It’s also undeniable, as the likes of Bolt and Henderson have complained for years, that the ABC’s capital city radio presenters come across, overwhelmingly, as leaning more to the left than the right. I say “undeniably”, but senior ABC managers for decades have chosen, if not to deny it, then to ignore it, and they’ve certainly failed to do anything about it… 
In the capital cities, getting decent audiences on ABC local radio for a host with rightish views would be hard. By being even mildly right-wing, they risk alienating the ABC’s traditional audience. Over the decades, radio listeners have divided. If you favour the right, you go commercial; if you favour the left, you go to the ABC.
If the ABC wasn’t funded by taxpayer dollars, no one would mind this situation. After all, the population is split roughly in half over politics, and both sides deserve to hear their views expressed.
But the ABC is publicly funded. It does have a legal obligation to not favour one point of view over another. 
The leftiness of ABC radio output is doubly problematic when it comes to Radio National. It may not have a huge audience, but it doesn’t have commercial competition. No other radio channel in the nation tries to cover serious issues in a serious way, for a national audience. And yet, if I were a supporter of Tony Abbott, or even of John Howard, I would feel that the vast bulk of RN’s output was not for me.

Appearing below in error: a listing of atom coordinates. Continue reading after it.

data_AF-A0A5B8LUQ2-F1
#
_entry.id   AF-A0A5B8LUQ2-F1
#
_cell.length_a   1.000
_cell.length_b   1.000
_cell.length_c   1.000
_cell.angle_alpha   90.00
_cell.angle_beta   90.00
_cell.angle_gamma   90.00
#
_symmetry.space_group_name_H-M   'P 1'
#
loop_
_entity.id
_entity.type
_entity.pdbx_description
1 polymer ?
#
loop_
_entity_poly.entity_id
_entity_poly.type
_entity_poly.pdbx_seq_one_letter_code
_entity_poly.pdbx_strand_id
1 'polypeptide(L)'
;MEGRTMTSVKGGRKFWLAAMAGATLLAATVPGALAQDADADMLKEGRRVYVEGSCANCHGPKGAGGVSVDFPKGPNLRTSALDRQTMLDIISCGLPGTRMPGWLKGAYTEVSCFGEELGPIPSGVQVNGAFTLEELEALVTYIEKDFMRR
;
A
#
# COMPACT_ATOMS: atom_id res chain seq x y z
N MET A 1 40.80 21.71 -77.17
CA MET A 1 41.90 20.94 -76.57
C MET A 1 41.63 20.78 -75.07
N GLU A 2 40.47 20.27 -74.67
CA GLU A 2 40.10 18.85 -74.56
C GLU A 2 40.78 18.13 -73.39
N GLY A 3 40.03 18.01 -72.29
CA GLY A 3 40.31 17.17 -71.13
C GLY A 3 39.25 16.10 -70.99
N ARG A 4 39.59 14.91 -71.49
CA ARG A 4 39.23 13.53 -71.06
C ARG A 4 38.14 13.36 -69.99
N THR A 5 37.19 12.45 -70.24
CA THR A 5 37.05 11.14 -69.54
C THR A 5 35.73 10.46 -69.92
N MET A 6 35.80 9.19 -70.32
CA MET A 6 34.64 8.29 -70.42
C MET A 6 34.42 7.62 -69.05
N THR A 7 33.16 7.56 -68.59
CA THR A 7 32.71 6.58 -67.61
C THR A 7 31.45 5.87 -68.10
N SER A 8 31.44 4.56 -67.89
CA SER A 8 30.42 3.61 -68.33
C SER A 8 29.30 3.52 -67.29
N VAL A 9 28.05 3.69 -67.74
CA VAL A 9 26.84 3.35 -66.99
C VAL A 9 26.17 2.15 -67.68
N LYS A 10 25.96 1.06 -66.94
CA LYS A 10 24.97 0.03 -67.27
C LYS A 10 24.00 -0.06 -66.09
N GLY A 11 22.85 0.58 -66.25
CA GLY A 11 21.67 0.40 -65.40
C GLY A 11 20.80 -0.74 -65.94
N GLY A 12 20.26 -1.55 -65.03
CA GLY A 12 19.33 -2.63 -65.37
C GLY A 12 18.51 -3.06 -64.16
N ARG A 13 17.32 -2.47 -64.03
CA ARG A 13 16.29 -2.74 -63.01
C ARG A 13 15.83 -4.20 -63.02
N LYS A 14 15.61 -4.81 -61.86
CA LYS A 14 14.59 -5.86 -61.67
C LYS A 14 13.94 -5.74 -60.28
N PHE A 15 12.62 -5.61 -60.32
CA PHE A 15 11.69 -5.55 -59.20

Holmes won’t concede that the ABC bias extends to TV as well. He seems to think this institutional failing miraculously ends somewhere around a TV camera.
According to Holmes, then, Tony Jones, Emma Alberici, Murdoch-hater Paul Barry, Leigh Sales, Virginia Trioli, Annabel Crabb, Jennifer Byrne, Sarah Ferguson, John Barron and Barrie Cassidy - not to mention entertainers such as Charlie Pickering, Adam Hills, the Chaser and Wil Anderson - represent the full spectrum of political opinion, and do not even in the slightest way lean to the Left.
He’s got to be kidding, surely. Talk about denial.
And this is the man who ran Media Watch himself, and never made an issue of even the one bit of ABC bias he now concedes. 

Not dead yet: Great Barrier Reef coral cover up 19 per cent in three years

Andrew Bolt April 05 2016 (1:15pm)

Global warming - dud predictions